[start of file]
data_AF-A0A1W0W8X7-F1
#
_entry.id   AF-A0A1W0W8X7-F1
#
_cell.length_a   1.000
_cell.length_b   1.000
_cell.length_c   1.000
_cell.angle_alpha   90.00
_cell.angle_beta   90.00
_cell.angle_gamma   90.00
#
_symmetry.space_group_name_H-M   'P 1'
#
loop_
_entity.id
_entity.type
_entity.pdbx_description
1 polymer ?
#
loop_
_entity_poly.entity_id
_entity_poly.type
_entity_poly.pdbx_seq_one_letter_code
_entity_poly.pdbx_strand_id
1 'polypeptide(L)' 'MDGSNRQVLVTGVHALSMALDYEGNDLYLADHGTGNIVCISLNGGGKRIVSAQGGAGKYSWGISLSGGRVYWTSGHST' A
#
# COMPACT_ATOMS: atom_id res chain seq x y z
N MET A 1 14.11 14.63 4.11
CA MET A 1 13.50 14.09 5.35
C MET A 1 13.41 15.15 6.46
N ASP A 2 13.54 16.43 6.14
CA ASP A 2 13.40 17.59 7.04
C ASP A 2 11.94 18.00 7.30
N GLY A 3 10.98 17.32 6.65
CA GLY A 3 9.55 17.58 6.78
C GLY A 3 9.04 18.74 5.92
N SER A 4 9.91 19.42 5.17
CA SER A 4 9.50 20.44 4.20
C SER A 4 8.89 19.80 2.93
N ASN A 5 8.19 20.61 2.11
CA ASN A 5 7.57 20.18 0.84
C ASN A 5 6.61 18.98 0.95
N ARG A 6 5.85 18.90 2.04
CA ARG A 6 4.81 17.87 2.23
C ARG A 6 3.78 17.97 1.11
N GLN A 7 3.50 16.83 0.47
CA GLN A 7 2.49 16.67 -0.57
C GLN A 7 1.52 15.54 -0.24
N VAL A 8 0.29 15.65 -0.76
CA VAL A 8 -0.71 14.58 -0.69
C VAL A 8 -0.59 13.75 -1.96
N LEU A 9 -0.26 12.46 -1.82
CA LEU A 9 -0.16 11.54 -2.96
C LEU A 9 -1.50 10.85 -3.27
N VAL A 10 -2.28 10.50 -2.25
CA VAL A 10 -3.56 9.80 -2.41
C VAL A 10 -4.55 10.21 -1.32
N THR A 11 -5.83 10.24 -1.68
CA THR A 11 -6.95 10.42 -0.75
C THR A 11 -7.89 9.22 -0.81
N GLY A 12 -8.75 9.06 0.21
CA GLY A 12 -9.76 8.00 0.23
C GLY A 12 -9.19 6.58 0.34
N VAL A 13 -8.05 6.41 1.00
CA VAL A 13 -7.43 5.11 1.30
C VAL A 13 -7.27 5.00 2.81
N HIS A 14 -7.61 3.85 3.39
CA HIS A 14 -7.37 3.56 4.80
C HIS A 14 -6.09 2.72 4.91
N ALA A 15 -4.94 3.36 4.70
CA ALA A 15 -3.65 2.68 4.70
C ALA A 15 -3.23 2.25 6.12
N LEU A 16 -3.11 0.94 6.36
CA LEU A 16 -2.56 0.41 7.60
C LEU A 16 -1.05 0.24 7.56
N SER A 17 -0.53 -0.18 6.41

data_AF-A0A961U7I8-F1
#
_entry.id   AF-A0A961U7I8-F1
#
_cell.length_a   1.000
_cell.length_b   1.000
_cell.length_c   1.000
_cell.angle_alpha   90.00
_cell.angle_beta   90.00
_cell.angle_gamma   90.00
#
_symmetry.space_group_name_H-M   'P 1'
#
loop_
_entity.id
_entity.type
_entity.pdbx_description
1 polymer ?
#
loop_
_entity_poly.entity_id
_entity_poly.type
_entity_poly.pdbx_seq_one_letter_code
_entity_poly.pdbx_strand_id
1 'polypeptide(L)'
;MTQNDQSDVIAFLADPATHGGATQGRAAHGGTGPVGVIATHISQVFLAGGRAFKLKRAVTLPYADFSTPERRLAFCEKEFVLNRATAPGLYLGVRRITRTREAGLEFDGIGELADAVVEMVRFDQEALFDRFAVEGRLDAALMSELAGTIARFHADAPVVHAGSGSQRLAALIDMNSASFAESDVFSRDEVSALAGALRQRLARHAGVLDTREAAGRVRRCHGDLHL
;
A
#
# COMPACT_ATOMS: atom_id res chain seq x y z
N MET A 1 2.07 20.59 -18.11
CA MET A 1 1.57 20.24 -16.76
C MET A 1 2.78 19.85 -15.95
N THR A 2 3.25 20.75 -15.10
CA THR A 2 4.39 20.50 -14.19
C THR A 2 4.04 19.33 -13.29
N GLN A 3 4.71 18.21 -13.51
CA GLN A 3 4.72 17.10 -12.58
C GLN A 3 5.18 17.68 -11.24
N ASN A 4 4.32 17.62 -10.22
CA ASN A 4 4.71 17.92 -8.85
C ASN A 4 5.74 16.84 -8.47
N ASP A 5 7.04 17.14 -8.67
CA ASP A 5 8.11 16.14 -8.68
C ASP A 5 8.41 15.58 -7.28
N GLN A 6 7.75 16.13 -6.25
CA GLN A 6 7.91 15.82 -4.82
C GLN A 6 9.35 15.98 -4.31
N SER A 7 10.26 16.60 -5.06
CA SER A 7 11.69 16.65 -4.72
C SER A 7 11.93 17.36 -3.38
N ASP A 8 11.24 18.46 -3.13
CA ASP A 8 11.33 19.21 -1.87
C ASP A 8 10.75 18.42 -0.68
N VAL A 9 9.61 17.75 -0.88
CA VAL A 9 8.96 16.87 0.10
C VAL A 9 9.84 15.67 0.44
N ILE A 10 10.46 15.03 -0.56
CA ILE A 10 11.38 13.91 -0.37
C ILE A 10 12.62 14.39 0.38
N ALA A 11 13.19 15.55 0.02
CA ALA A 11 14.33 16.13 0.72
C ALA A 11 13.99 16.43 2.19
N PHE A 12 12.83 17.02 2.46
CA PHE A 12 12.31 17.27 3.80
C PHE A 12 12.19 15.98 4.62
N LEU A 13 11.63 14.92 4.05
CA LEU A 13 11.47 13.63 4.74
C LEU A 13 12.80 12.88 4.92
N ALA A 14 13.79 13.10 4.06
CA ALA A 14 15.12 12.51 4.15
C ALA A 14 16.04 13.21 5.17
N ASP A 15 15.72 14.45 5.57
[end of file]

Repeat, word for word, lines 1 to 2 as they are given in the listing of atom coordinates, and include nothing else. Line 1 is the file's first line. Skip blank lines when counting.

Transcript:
data_AF-A0A1W0W8X7-F1
#